Friday, April 9, 2010

Matz: If NCUA Had Not Acted, Corporate CU Crisis Would Have Been Catastrophic

In a speech to the Texas Credit Union League on April 8, NCUA Chairman Debbie Matz told the audience of credit union officials that if numerous actions to address the corporate credit union crisis had not been taken, the credit union industry would have faced grave systemic risk.

Ms. Matz said:

“About 90 percent of natural-person credit unions had investments in the corporates. If the corporate system had collapsed, the natural-person-credit-union system would have suffered huge and insurmountable losses – shattering confidence in all of America’s credit unions. Since they had such large investments in the corporates, credit unions would have lost about $30 billion in net worth – about one-third of the net worth of all natural-person credit unions at the time. That would have led to the collapse of at least 800 – perhaps as many as 1,200 – natural-person credit unions.

In addition, the federal Share Insurance Fund would have had to levy huge assessments on the remaining credit unions, in order to cover the remainder of the losses. It is uncertain whether those remaining credit unions could have withstood the strain. They would have been facing enormous costs in terms of capital, along with a catastrophic loss of public confidence.”

Below are some of the extraordinary governmental actions that have been taken to keep corporate credit union crisis from becoming a systemic crisis for all credit unions:

• Encouraging corporate credit unions with large unrealized losses on holdings of mortgage backed securities (MBS) to make application to the Federal Reserve Discount Window.

• Converting loans made by corporate credit unions to natural person credit unions to Central Liquidity Facility (CLF)-funded loans using funds borrowed by the CLF from the U.S. Treasury.

• Announcing and implementing the Temporary Corporate Credit Union Liquidity Guarantee Program (TCCULGP) on October 16, 2008. The TCCULGP provides a 100 percent guarantee on certain new unsecured debt obligations issued by eligible corporate credit unions.

• Announcing and implementing the Credit Union System Investment Program (CU SIP) and the Credit Union Homeowners Affordability Relief Program (CU HARP).

• Approved issuance of a $1 billion NCUSIF capital note to U.S. Central as a result of pending realized losses on MBS and other asset-backed securities.

• Approved the Temporary Corporate Credit Union Share Guarantee Program (TCCUSGP), which guarantees uninsured shares at participating corporate credit unions through June 30, 2012.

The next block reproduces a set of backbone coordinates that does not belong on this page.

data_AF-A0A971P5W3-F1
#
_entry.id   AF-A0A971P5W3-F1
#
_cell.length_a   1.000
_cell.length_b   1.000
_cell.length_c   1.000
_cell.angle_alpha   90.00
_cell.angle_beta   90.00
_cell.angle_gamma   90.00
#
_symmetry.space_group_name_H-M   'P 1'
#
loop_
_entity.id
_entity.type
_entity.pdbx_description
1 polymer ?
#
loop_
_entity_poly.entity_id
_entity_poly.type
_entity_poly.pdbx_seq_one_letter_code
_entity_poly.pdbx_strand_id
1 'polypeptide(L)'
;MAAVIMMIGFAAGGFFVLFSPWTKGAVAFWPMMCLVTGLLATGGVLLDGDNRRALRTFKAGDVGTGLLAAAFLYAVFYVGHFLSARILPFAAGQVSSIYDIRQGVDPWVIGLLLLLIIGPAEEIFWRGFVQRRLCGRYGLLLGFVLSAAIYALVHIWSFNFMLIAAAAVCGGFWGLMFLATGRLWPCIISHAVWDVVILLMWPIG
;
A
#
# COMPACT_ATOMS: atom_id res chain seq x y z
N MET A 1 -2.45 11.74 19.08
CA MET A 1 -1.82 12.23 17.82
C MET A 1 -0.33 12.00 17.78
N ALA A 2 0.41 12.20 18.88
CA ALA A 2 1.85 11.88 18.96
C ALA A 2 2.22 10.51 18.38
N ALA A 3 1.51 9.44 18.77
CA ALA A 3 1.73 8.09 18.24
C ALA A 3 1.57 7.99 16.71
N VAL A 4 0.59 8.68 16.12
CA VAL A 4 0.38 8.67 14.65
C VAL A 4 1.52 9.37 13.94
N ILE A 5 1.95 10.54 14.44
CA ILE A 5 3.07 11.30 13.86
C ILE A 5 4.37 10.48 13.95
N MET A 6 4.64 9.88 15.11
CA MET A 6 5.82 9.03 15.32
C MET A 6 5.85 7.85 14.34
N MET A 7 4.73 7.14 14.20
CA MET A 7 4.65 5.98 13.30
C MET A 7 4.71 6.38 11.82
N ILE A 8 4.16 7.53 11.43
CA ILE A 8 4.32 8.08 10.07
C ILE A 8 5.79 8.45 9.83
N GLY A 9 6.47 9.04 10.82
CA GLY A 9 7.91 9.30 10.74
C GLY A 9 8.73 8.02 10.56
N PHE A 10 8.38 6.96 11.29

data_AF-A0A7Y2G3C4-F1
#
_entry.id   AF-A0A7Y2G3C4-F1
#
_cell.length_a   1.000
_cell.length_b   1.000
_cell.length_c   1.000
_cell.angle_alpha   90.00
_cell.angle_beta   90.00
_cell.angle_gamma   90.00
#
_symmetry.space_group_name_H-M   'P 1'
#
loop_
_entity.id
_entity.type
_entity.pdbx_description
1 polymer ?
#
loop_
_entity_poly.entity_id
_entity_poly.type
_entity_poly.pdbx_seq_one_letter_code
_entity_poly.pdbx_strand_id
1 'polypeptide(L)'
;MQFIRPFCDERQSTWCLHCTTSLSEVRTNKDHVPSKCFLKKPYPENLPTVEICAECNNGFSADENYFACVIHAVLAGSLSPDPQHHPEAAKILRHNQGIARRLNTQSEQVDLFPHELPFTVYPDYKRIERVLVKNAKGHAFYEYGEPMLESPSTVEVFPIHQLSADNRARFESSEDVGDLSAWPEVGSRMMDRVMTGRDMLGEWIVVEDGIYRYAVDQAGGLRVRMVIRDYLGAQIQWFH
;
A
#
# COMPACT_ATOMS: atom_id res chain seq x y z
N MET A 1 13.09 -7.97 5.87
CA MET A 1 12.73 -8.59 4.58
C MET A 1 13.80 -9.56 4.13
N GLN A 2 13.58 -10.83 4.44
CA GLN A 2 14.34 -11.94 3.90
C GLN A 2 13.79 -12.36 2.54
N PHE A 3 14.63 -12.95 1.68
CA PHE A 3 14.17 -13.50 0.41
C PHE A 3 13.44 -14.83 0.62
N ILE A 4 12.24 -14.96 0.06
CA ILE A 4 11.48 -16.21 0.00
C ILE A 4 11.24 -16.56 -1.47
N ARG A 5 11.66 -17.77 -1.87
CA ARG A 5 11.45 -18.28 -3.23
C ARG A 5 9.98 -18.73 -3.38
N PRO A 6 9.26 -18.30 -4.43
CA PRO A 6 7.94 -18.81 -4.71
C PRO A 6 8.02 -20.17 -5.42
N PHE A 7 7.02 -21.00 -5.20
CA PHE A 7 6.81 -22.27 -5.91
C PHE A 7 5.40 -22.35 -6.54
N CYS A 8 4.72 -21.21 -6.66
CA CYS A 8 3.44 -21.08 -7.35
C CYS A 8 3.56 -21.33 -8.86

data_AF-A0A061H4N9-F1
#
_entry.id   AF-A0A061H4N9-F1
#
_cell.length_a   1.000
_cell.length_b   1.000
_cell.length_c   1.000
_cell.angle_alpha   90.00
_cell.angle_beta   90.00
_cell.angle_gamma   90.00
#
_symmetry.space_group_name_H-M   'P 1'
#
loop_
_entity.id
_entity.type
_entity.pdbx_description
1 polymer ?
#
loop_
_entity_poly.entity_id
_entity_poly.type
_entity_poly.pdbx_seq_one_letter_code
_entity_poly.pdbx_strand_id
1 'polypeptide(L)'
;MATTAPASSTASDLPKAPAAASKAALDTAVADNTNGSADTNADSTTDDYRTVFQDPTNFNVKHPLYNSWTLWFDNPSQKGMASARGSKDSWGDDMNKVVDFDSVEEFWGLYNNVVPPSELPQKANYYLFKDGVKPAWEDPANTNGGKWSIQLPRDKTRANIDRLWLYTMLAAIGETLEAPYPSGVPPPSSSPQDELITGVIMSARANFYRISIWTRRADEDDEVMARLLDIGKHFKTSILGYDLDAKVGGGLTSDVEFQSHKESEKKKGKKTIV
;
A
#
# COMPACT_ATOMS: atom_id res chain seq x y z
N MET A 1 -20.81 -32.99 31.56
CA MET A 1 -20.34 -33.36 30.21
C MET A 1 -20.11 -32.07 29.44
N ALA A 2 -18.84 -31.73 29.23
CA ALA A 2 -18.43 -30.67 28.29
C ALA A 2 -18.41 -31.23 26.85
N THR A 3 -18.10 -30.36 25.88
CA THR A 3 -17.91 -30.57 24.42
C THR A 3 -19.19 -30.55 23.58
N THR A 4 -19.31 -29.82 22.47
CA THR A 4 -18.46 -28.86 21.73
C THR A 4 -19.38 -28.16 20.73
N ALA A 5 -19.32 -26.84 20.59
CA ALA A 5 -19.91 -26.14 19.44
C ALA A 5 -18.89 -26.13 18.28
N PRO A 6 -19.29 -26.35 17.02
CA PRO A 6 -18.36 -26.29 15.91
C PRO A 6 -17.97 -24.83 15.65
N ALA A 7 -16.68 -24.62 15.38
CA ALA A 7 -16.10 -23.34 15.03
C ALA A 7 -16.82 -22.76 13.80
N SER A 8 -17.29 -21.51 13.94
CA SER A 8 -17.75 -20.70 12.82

• Legislation creating a Temporary Corporate Credit Union Stabilization Fund (CCUSF), which would borrow money from the Treasury for up to seven years and use the money to pay expenses associated with the ongoing problems in the corporate credit union system.


  1. This is all old stew... So, What's your point?

  2. Dear Anonymous:

    It may be old stew for you and me; but not for a lot of people.

    It helps to provide context to the extraordinary support NCUA has provided the corporate CU system.

  3. Keith...while I understand your role as a paid shill for banks...At least the taxpayer did not have to save the system as we did with TARP for the banking system. The bank model was proven to be inferior, and as a taxpayer and consumer, I like the fact that credit unions handled their own issues which the banks were not able to do.

  4. Actually, the credit union industry did get support from the Treasury and indirectly taxpayers. Over $18 billion was borrowed by the Central Liquidity Facility from the Federal Financing Bank to help stabilize the corporate credit union system. Also, $1 billion was borrowed from the Treasury that was injected as capital into U.S. Central. So, credit unions did benefit from the safety net.

    Credit unions will repay that borrowings, just as banks are repaying their borrowings from TARP.

    Also in case you missed it, the Federal government is projected to earn a nice profit from the Capital Purchase Program of TARP. The losses are projected to come from AIG, GM, and Chrysler.



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